Visitors should bring #1 heating oil (kerosene) to fuel the stove. The stoves will burn half a gallon in eight hours at the lowest setting, and up to 1.2 gallons during eight hours at the highest setting. A flash light is handy for looking into the burn chamber when lighting the stove. Matches or a lighter are needed to light a small piece of paper to drop in to the burn chamber when lighting the stove. Detailed directions with photos on how to light the stove are provided in the cabin.

Click here for more cabin details.

Activities and Amenities

Within Facility
  • Berry Picking
  • Boating
  • Bunkbed(s)
  • Cabin Rentals
  • Cleaning Supplies
  • Cooking Area
  • Fishing
  • Hiking
  • Table & Chairs
  • Vault Toilets
  • Wildlife Viewing
Know Before You Go
  • This facility is located in an extremely remote and wild area; before making a reservation, become aware of bear, water, and weather safety (including cold)
  • Recreating in Alaska can present both obvious and hidden dangers; please be aware of your surroundings and be prepared for extended stays due to occasionally poor weather
  • Water is not available at this facility; visitors must bring their own for drinking, cooking, and cleaning
  • Bring initial supply of water; boil surface water five minutes before use
  • All garbage and food must be packed out
  • Before digging for clams, become familiar with paralytic shellfish poisoning (PSP ) and current regulations for size and quantity limits. Cases of PSP from eating razor clams are relatively rare, but they have been reported in Alaska
  • The lake is on a flight path and has substantial overhead plane traffic
  • Click here for a map of cabins on Admiralty Island
  • The person holding the reservation must be 18, and must be a member of party using the cabin
  • Use of this cabin by a commercial operator, such as an outfitter or guide, is prohibited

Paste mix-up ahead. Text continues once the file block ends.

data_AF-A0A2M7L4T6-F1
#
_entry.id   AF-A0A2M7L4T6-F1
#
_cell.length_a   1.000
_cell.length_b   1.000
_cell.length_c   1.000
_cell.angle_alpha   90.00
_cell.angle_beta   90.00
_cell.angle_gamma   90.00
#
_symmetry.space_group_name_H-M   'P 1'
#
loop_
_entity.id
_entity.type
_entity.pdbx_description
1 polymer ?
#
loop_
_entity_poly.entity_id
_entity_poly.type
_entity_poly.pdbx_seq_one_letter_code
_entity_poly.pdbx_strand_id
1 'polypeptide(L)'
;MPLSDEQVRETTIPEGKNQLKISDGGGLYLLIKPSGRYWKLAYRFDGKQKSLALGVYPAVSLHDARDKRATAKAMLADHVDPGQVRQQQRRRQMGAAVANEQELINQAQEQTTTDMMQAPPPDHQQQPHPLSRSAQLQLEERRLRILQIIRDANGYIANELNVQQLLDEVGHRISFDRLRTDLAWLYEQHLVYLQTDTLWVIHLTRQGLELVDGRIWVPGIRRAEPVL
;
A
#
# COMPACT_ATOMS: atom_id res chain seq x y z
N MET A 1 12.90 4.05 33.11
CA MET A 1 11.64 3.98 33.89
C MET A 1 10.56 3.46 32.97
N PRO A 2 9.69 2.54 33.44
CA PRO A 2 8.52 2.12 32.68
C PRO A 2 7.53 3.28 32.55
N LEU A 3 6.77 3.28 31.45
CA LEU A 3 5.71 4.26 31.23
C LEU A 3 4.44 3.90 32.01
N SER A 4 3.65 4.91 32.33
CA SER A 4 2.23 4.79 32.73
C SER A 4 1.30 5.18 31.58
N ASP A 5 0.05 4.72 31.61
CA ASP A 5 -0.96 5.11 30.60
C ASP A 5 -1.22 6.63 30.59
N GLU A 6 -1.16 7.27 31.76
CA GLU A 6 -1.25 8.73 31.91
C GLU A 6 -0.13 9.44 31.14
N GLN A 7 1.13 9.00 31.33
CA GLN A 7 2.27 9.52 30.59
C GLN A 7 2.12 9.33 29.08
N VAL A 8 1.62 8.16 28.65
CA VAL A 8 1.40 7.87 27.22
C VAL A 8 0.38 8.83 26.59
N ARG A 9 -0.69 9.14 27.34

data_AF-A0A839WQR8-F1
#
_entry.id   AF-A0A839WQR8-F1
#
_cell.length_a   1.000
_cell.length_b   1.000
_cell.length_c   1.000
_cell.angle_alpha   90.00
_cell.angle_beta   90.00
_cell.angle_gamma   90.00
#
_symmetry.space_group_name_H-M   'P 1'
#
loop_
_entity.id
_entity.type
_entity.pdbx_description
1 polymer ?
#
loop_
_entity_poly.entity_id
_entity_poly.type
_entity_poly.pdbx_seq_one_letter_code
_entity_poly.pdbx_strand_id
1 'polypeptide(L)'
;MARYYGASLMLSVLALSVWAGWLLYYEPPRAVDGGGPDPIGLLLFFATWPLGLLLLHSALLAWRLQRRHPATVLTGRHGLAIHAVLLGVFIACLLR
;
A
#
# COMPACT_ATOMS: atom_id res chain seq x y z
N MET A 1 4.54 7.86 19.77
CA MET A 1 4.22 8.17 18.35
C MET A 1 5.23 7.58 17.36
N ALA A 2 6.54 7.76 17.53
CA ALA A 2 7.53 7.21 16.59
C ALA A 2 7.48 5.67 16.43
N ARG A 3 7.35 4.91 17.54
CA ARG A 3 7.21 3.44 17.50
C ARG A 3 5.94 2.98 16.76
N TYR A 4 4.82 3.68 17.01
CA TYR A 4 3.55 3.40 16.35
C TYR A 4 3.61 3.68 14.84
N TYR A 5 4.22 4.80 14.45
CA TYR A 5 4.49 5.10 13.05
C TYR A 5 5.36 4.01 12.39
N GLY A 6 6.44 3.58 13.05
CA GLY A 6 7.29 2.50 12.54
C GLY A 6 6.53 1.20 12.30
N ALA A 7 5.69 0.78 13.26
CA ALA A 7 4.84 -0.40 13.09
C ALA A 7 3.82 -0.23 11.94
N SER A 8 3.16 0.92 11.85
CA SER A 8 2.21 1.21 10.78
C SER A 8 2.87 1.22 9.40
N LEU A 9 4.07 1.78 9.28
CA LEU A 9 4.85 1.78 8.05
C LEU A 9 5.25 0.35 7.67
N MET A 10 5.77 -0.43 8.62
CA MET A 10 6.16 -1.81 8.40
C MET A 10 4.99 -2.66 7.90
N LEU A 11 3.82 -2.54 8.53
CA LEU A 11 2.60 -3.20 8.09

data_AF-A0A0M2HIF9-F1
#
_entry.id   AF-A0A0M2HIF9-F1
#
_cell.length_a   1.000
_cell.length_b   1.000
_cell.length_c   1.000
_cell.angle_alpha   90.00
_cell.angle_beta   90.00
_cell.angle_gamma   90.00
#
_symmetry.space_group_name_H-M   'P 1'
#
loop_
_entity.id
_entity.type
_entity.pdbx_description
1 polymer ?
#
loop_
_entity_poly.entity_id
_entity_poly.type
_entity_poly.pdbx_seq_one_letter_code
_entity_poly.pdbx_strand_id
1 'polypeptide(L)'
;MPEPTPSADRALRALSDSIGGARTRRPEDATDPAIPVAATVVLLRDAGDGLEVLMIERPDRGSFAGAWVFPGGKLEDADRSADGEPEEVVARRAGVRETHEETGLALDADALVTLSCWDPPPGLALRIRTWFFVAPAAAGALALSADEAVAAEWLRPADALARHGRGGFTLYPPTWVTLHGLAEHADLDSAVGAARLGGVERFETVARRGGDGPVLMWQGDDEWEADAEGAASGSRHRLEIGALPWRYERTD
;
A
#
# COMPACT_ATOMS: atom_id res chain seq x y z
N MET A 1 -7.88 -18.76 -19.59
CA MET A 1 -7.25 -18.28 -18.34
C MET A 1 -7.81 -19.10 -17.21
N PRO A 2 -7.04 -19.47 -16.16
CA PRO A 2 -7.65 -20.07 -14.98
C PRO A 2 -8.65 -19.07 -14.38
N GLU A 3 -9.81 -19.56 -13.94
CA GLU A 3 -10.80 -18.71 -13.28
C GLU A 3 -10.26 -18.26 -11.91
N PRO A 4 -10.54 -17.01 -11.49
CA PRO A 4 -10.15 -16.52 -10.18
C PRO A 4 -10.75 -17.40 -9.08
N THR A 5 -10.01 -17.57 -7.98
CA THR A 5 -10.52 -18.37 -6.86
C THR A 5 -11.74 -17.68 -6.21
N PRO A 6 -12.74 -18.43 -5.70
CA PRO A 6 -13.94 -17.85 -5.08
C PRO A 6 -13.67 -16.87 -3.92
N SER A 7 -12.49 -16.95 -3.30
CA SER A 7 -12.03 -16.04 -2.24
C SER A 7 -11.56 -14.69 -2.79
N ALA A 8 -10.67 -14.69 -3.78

• No discounts for Golden Age and Golden Passports for Alaska cabin rentals
  • Learn more about Tongass National Forest
  • Don't Move Firewood: Prevent the spread of tree-killing pests by purchasing firewood near your destination and burning it on-site. For more information visit dontmovefirewood.org.

Getting There:

GPS Info. (Latitude, Longitude):
58.12219, -134.4725
58°7'20"N, 134°28'21"W

Access is by float plane. It is about a 20-minute flight from Juneau. This cabin is in a designated Wilderness area, and access by helicopter is illegal. In fall, winter and early spring the cabin may be inaccessible due to frozen lake surface (float planes cannot land). The lake is normally ice-free from mid-May through November. Refer to USGS topographic map Juneau A-2. Click here for information about reaching Forest Service Cabins.

Inclement weather conditions may cause an extension of your trip during any time of the year and winter access can be difficult due to snow and ice conditions. Guests should bring extra supplies to last 2-5 days Please contact the Admiralty Island National Monument at 907-586-8800 prior to arrival for more detailed information about safety precautions.

Contact Information:

Mailing Address:

YOUNG LAKE (SOUTH) CABIN
ADMIRALITY NATIONAL MONUMENT
JUNEAU  AK 

Phone Number:

Information:  (907)586-8800